But the point behind my urban work was to define the urban Iroquois experience. In my early days shooting, and considering my problematic association with Curtis, self-identifying as an urban Indian carried its own stigma, meaning that one’s own Indian-ness was called into question. Could a “real” Indian live in a city?        

PR: In all the 20 volumes of Curtis’s The North American Indian, he never visited one of the most vital native populations today – the Iroquois Nation of the Northeast. Do you know if he had a reason for concentrating largely on the Plains Indians, and the Northwest? Do you think that this has increased the “invisibility” of Native people in the Northeast?

JT: I suspect that Curtis’s imperative was to record tribal groups that he felt had retained more aspects of their tribal heritage than tribal groups in the East. I’m sure he felt that tribal groups in the East, like my Iroquois ancestors, who had a much longer historical relationship with white society, had lost most of their distinctive tribal identity by the turn of the twentieth century.

But it goes farther back than Curtis. I feel that the artist George Catlin made the distinction in the late 1820’s, when he decided to go West in search of "authentic” tribal groups and, in his own words, become their historian. Of course people in the West were still living their ancient tribal way of life at the time. Catlin, who was born in Pennsylvania, felt it would not be long before his people showed up and did the same thing in the West that they had already done to the Iroquois. Unfortunately Catlin was right, but he also set a standard for authenticity that I feel influenced Curtis to a degree, but more importantly, continues to influence people's perceptions of Indians today.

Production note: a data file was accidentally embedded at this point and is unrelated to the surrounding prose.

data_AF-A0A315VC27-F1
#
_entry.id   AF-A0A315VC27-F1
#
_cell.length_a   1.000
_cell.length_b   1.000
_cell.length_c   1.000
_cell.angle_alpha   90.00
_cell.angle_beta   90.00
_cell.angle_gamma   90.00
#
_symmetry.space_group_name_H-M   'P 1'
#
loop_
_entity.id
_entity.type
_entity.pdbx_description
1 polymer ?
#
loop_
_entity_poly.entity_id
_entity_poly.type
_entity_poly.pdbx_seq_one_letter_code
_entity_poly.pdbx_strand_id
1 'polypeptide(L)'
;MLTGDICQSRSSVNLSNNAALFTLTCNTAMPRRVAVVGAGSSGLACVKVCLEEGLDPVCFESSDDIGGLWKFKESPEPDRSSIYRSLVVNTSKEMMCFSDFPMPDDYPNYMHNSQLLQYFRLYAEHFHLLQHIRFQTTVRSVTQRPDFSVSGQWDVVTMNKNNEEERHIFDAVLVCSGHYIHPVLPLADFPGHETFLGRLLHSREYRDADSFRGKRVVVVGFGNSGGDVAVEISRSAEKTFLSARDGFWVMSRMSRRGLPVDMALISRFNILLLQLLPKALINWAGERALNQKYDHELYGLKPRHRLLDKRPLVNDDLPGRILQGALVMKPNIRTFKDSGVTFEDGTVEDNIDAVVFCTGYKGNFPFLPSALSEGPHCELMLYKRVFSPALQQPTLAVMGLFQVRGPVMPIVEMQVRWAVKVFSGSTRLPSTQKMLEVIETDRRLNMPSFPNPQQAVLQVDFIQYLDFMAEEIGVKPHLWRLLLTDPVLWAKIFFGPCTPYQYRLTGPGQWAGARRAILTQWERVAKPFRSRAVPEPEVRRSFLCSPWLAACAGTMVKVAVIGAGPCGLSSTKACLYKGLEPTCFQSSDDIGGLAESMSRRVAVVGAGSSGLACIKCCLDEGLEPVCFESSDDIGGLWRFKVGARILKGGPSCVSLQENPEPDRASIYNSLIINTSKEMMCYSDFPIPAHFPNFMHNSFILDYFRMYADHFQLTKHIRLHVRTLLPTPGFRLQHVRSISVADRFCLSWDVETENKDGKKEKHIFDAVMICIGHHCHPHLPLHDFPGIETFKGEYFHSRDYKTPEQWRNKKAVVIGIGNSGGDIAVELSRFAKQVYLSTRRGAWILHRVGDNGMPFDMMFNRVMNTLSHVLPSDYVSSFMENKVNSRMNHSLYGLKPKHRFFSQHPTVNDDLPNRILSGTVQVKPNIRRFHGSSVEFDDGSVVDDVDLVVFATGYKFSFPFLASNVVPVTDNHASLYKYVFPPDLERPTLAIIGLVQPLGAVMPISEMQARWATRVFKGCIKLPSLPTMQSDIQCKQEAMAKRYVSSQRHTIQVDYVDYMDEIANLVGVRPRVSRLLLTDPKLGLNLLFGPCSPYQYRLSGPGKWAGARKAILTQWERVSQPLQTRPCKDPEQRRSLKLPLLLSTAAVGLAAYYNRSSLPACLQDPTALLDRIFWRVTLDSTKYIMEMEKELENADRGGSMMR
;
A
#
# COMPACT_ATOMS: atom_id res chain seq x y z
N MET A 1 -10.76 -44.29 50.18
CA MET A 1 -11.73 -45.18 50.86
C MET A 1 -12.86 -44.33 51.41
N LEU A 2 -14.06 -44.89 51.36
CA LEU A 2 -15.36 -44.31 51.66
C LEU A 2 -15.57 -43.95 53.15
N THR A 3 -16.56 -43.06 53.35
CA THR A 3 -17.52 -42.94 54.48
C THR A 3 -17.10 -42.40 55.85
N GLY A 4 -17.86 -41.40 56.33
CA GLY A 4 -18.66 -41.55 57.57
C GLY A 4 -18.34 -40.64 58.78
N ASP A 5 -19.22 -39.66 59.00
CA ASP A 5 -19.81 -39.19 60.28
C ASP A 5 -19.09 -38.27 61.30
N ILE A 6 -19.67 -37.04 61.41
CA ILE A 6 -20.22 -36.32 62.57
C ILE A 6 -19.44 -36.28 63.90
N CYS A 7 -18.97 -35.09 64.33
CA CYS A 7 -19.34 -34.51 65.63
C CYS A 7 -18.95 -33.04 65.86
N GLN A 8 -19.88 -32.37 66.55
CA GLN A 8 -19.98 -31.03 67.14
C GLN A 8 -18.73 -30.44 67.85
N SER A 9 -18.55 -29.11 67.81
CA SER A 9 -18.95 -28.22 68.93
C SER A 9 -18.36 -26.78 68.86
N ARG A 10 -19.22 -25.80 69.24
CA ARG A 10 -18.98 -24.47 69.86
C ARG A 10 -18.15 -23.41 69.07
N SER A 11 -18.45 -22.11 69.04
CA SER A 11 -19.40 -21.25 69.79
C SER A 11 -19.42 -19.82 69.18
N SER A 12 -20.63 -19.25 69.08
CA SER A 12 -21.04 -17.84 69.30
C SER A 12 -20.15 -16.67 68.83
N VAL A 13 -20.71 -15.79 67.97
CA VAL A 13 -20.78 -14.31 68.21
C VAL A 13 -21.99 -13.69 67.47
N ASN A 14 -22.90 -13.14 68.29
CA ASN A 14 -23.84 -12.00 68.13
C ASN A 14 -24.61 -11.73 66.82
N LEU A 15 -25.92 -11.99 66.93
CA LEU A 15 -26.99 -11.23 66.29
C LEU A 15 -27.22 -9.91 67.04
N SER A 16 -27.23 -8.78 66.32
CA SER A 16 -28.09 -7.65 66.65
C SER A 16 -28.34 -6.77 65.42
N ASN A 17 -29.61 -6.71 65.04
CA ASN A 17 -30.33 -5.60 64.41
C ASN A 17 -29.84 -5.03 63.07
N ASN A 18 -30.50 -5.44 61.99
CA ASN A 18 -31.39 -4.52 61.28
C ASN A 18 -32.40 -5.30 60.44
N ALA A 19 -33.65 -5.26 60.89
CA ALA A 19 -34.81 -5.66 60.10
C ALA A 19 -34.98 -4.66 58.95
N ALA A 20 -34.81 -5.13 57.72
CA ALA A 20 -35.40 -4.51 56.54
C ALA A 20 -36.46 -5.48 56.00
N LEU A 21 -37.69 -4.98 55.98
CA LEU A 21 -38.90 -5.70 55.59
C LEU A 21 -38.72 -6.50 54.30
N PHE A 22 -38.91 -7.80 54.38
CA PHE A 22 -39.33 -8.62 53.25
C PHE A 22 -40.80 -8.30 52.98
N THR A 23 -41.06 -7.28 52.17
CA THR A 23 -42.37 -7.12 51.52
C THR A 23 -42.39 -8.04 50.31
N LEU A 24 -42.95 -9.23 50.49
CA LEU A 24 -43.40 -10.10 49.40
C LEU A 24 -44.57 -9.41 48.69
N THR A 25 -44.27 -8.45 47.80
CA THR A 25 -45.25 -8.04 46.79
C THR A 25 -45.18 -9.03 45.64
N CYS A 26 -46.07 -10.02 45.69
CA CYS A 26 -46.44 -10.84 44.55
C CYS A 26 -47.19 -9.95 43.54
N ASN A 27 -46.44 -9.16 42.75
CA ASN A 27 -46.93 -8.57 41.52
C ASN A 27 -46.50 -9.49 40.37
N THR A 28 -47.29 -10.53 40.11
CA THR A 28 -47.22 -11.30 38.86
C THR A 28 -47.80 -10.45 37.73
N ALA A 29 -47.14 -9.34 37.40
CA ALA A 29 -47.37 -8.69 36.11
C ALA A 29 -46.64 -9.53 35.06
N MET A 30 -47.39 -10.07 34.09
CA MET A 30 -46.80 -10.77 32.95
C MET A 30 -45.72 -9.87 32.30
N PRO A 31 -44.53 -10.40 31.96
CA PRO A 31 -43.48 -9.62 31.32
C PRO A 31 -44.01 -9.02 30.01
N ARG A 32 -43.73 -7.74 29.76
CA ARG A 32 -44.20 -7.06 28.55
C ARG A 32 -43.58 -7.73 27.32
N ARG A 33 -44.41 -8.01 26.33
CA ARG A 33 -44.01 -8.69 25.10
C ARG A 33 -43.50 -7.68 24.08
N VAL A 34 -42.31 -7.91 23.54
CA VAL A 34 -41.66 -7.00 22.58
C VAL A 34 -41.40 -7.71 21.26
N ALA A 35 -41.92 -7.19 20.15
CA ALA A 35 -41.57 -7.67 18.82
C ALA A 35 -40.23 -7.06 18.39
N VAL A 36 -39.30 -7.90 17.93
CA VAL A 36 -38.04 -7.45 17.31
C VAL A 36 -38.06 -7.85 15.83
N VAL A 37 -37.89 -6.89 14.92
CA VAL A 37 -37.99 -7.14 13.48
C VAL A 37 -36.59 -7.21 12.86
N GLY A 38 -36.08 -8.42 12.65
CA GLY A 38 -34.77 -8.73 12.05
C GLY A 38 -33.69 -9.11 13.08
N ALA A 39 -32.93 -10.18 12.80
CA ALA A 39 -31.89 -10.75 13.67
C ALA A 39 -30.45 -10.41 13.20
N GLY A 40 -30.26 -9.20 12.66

What is interesting to note about Curtis, even though his sitters had been living on reserves and reservations for decades, many of the old-timers he photographed and interviewed had lived the tribal way of life before being forced off their ancestral lands. The general public knows Indians by this myopic standard, and many people perceive real Indians as those who wear feather headdresses and live in tipis. Ask a young person to describe an Indian and I’m pretty sure he or she will describe a stereotypical western Indian figure.                             

PR: You mentioned in a recent email that you were working on a new project based on the anniversary of a 16th-century treaty between the Dutch and the Iroquois. Could you talk about your approach to this material and what your plans are?

JT: My conversation series with the past also includes Iroquois representation in the form of wampum belts. I have made two large panels Mapping Iroquois: Cold City Frieze and Home/land & Security, based upon the Hiawatha Wampum belt which essentially represents the formation of the original five Iroquois tribes by a man called the Peacemaker. 

I am now planning a new panel based upon the Two Row Wampum Belt which commemorates the 16th century treaty between the Iroquois and the Dutch and symbolizes how each will respect the other’s way of life. My plan is to visit Amsterdam in 2013 and pose my Indian figurine Red Robe in various locations and the same in New York City. My interest in New York is the city seal that shows an Indian and a white man standing side by side. This new work is intended to coincide with Ottawa’s 2013 celebration of Samuel de Champlain’s’ arrival in the area. I’m not sure what the end result will be yet, but 2013 also commemorates, on a personal level, my twenty year anniversary of the Scouting for Indians series.          

Jeff Thomas’s second solo exhibition with Stephen Bulger Gallery, The Conversation: Resistance Is NOT Futile, opens Saturday in Toronto, with a reception for the artist from 2 to 5 pm. Stephen Bulger Gallery, 1026 Queen Street NW, Toronto, ON. Also see: Jeff Thomas: A Study of Indian-ness